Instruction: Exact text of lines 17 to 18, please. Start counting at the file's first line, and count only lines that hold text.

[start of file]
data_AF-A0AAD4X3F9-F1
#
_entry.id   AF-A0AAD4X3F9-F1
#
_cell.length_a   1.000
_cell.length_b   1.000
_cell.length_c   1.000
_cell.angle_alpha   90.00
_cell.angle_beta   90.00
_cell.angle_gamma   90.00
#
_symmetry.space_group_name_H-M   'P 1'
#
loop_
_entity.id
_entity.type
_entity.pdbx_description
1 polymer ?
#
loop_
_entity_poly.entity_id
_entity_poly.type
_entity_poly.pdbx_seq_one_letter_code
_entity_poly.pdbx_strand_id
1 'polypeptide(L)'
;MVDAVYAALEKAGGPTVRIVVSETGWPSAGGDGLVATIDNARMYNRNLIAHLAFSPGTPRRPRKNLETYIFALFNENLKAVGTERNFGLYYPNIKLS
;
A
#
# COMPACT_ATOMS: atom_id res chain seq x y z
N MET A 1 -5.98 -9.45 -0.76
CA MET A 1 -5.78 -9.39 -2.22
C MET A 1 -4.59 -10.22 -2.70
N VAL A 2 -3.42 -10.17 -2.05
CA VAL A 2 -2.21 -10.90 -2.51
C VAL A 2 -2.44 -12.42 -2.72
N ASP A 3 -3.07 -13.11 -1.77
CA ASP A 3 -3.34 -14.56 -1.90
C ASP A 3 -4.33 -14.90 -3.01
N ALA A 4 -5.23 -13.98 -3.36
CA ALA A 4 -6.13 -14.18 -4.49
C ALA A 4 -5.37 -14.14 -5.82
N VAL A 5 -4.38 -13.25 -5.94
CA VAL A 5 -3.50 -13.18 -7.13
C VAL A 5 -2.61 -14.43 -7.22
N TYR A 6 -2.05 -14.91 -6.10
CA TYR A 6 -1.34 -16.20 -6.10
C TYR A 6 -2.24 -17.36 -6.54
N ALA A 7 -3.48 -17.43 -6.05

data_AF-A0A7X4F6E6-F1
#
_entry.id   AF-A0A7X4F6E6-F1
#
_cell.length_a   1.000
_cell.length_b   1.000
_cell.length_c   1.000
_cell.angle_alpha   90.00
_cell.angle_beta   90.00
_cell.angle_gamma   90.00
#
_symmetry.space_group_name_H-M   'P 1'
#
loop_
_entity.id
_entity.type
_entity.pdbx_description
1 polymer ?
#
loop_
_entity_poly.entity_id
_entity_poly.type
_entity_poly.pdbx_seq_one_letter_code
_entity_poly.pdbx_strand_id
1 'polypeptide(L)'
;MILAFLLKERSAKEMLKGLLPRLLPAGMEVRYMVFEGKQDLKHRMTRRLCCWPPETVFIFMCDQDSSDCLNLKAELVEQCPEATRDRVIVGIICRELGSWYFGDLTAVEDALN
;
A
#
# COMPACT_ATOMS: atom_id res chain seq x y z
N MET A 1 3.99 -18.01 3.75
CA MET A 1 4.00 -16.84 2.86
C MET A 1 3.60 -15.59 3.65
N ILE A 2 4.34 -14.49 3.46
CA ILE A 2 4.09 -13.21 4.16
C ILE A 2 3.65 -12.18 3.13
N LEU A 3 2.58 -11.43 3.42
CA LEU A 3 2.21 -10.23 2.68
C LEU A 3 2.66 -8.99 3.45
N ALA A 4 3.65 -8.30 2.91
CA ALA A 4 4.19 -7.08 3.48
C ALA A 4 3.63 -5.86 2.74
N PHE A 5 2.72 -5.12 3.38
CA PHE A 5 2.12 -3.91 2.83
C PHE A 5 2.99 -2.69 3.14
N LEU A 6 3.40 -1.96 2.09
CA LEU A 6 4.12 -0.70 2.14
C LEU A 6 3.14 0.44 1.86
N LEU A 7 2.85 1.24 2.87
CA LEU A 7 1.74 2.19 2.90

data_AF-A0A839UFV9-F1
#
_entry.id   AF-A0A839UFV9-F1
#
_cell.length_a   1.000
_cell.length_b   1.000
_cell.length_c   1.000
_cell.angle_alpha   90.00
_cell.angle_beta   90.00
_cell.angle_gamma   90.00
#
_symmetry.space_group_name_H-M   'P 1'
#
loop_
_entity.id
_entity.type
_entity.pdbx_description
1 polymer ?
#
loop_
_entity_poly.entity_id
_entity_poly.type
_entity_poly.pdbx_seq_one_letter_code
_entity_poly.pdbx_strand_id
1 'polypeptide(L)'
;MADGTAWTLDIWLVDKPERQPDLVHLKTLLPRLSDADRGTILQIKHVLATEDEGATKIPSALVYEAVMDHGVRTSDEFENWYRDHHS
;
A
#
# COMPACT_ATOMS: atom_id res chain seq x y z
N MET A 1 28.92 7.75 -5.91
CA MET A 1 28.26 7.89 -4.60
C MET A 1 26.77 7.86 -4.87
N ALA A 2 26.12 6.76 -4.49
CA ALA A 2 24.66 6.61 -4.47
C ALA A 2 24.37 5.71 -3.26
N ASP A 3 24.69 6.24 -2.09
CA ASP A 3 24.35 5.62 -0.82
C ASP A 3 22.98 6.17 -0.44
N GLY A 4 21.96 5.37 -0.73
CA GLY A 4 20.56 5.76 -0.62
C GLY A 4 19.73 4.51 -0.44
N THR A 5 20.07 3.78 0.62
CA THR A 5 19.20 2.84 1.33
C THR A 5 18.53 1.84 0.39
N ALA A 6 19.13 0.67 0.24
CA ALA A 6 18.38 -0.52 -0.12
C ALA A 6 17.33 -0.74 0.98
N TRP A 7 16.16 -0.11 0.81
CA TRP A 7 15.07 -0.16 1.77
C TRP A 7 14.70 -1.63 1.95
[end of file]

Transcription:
_entity.pdbx_description
1 polymer ?